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WASHINGTON (Gray DC) As crews continue to battle wildfires in Idaho and Colorado, lawmakers on Capitol Hill are dealing with a battle of their own. They're scrambling to pass legislation to help pay for the cost of America's worst Wildfires.

Idaho's Pioneer fire is the largest in the country, scorching 188,000 acres in the Boise National Forest. Another fire in Colorado has destroyed over 5,000 acres. Sen. Mike Crapo, R-Idaho, and Sen. Jim Risch, R-Idaho, are trying to secure federal aid.

"Once again that Idaho had the largest fire in the United States. This is becoming way too common and it's all the result of mismanagement," Sen. Risch said.

They want Congress to treat wildfires as natural disasters, like hurricanes, floods and tsunamis. They've introduced a bill each year for the past three years, but it has gone no where. Sen. Crapo says Congress must act now.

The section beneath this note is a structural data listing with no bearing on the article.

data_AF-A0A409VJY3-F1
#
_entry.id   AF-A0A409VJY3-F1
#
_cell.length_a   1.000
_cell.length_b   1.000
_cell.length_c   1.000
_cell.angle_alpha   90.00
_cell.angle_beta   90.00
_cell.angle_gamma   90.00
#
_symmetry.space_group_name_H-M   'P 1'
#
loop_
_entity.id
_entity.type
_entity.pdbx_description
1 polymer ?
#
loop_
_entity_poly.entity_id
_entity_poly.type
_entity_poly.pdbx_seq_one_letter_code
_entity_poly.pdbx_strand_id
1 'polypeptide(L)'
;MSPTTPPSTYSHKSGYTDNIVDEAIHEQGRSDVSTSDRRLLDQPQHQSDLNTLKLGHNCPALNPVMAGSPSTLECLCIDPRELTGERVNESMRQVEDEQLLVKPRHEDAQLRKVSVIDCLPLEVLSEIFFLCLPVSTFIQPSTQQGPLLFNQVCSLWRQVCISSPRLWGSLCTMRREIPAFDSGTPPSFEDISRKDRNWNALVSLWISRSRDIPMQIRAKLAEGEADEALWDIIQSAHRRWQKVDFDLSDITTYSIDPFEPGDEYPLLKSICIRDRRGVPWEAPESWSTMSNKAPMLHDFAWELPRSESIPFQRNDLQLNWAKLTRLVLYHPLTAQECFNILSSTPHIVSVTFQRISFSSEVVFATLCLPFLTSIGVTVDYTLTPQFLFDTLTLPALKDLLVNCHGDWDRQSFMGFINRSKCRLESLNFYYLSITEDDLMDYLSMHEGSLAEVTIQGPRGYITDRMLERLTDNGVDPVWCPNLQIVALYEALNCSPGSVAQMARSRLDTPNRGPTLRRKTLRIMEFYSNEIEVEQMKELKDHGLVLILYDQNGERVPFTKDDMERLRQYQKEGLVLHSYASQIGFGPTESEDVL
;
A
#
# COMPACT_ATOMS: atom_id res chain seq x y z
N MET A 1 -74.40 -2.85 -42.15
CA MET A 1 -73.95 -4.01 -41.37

“We can't go another fire year without dealing with this issue in some effective way," Crapo said.

A major reason the bill hasn't made progress is because it's competing with many others introduced in both chambers of Congress.

“It does slow down the process and the reason is because there are a number of different bills introduced on this topic, but also most of them move into other topics as well," Crapo explained.

There are other ways lawmakers here in Washington are trying to tackle the problem. Aid was included in a larger energy bill that passed in the House, but it’s not in the Senate version. When the two houses come together to work out their differences, the Idaho delegation says they’ll work to get the wildfire needs addressed in the final energy bill.

"If that doesn't work, we are going to be working at year end in the lame duck session," Crapo said.

“We are cautiously optimistic that we will get something done before the first or the year," Risch said.

The Pioneer Fire is now the ninth most expensive wildfire in the history of the Western U.S.

By Samantha-Jo Roth